Indiana DNR 21 State Parks to Close for Deer Reductions

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Standby drawings available at 4 parks

Select Indiana state parks will close temporarily for two rounds of controlled deer reduction hunts in the coming weeks.

The first reduction is Nov. 14-15. The second round is Nov. 28-29. The participating parks will close to the general public the evening before each of the two efforts and will re-open the morning after each two-day reduction.

The state parks closing temporarily this year for deer reductions are Brown County, Chain O’Lakes, Charlestown, Clifty Falls, Fort Harrison, Harmonie, Indiana Dunes, Lincoln, McCormick’s Creek, Ouabache, Pokagon, Potato Creek, Prophetstown, Shades, Shakamak, Spring Mill, Summit Lake, Tippecanoe, Turkey Run, Versailles, and Whitewater Memorial.

Each year, DNR biologists evaluate which parks require a reduction based on habitat recovery and previous hunter success at each park. The state parks are home to more than 32 state-endangered plants and numerous significant natural communities. The reductions help control browsing by deer to a level that helps maintain habitat throughout the state parks.

Though the parks have had much success since the first reduction in 1993, a high no-show rate of those drawn and over-selective hunting remain a challenge for the program.
 
Only individuals and those listed on their applications drawn last September may participate at any park, besides Indiana Dunes, Turkey Run, Fort Harrison, and Spring Mill state parks. A public standby drawing to fill spots left vacant after 7:30 a.m. local time will take place at Indiana Dunes (firearms hunt), Turkey Run (firearms hunt), Spring Mill (firearms hunt), and Fort Harrison (archery hunt) state parks each morning.

To be eligible for the standby drawings, the candidate must be an Indiana resident (or possess an Indiana lifetime license to take deer), be 18 years old by Nov. 14, 2011, and possess any valid deer license for Indiana. You must present a photo ID and any valid filled or unfilled license to take deer. Standby drawings will take place at 8:30 a.m. local time. Potential standby participants can apply onsite between 7:30 a.m. and 8:15 a.m. local time but cannot enter the park before 7:30 a.m. Applications can include up to three individuals. This is a drawing based on how many unclaimed spots there are for each day. It is not first-come, first-served. Spots will be limited as they are based on the number of no-shows each day. The need for stand-in hunters increases with each hunt day. If you have questions, please call the property of interest.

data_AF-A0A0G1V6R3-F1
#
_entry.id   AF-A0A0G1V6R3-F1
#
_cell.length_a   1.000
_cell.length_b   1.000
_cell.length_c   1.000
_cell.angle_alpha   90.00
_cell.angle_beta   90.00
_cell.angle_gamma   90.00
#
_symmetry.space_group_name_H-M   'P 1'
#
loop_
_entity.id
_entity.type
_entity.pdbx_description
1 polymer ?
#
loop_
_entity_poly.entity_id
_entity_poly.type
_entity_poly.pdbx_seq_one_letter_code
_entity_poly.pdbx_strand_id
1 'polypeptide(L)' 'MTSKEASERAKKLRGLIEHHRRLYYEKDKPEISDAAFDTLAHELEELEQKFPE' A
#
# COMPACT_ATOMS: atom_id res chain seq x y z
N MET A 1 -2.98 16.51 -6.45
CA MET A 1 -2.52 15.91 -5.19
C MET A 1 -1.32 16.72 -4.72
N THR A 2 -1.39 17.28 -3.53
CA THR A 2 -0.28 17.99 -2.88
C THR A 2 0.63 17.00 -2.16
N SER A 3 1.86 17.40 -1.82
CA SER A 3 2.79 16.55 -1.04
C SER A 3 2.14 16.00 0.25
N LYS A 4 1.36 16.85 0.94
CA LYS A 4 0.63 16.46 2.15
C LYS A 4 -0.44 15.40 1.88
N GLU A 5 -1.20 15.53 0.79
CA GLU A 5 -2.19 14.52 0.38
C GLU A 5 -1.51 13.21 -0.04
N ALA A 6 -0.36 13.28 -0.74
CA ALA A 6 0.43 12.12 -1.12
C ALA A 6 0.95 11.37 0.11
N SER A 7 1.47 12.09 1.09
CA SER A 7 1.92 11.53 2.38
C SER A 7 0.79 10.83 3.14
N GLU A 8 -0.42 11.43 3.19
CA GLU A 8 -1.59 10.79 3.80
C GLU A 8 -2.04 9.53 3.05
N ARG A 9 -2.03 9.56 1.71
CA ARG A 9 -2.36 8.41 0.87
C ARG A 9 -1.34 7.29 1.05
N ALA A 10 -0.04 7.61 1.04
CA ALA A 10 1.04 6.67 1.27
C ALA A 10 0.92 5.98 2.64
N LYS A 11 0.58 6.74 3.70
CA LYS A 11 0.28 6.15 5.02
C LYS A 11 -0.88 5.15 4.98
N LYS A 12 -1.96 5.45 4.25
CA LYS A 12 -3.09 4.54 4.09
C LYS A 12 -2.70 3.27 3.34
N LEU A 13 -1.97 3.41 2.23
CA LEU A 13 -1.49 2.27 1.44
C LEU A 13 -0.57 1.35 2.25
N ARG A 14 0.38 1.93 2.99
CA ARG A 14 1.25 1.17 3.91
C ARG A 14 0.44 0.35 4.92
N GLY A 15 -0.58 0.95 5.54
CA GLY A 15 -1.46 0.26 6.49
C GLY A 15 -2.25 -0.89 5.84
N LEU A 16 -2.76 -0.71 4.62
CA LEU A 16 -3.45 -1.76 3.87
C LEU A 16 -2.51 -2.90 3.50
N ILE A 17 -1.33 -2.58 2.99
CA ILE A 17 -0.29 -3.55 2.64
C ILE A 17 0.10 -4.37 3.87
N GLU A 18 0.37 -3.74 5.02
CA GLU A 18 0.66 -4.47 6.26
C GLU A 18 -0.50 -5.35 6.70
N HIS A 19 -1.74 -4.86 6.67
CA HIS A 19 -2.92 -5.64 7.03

Information regarding 2012 state park deer reductions, including applications, will be available next summer at http://www.in.gov/dnr/fishwild/.

 

Contact Information:
Name: Mike Mycroft
Phone: (317) 232-4128
Email: dnrnews@dnr.in.gov

Comments

Retired2hunt's picture

  Great Job Indiana!  I am

 

Great Job Indiana!  I am very much for closing these parks to allow the hunting to go without issue.  Why some states allow the park to remain open to the general public I don't know.  Why put the general public or the hunter at risk? 

Second Note - why would there be no-shows to this program unless there were hunters who just prior to the special hunt filled their tags.  If that was the case then I would expect the state would have a communication in place that these hunters would be required to complete so as to allow as much time in advance for communicating to the next hunter in line.  That is common courtesy I would expect from one hunter to another.

Anyhow - great program Indiana and I wish all those chosen for this special park hunt a great success.

 

 

Ca_Vermonster's picture

Well, looks like a great

Well, looks like a great chance for some Indiana hunters to get some extra deer meat this fall. Assuming they got their applications in on time and done correctly.  It's also very nice to see a state or town that wants to actually make money, and give state residents a chance at doing their own type of reduction. 

Too many times you see states hiring these so called "professional hunters" or sharpshooters to take out the herd, and paying some disgusting fee to do so.  The way Indiana is doing it, the state and the hunters all benefit.!